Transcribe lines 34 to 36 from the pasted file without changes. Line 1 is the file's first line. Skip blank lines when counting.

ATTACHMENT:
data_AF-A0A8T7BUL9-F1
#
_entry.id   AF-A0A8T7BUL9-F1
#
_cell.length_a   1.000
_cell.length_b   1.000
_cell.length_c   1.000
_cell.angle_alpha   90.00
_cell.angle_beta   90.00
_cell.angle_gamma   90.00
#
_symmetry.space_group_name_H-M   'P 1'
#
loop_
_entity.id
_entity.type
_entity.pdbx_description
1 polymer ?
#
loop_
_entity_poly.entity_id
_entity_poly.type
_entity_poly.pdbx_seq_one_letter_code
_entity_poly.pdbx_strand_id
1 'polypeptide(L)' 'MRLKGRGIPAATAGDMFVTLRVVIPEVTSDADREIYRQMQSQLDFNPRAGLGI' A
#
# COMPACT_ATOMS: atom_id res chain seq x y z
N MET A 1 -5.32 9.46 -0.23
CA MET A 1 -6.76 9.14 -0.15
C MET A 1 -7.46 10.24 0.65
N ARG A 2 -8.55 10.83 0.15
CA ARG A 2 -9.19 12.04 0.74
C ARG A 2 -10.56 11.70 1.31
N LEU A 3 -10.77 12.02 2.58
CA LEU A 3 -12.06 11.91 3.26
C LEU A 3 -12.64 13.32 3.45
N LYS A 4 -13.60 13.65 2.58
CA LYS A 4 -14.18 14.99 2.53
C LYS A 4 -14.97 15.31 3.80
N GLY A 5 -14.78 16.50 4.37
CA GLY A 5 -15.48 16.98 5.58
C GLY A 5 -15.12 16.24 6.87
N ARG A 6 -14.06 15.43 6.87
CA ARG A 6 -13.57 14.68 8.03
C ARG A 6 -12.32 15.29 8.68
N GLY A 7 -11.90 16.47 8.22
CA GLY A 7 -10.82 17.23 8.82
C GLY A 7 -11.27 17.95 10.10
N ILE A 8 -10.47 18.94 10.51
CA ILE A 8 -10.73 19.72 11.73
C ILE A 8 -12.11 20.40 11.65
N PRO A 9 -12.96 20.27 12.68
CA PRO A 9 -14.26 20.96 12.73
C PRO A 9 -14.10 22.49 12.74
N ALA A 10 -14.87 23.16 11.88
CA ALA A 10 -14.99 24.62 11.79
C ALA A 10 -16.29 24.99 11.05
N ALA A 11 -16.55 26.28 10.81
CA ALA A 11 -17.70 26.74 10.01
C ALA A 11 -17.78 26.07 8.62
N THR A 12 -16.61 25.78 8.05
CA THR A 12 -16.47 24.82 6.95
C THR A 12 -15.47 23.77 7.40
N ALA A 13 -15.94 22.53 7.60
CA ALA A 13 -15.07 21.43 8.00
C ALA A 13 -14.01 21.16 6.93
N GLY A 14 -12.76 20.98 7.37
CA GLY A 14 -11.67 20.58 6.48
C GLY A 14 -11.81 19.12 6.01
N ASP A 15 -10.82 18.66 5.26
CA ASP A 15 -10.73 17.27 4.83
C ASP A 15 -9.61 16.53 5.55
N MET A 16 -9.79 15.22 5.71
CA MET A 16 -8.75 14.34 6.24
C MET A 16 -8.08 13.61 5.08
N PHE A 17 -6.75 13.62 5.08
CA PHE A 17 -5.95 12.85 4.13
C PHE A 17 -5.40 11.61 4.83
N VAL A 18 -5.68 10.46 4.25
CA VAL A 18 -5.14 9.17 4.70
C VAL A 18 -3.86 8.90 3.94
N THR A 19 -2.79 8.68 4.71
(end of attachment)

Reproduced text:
N LEU A 3 -10.77 12.02 2.58
CA LEU A 3 -12.06 11.91 3.26
C LEU A 3 -12.64 13.32 3.45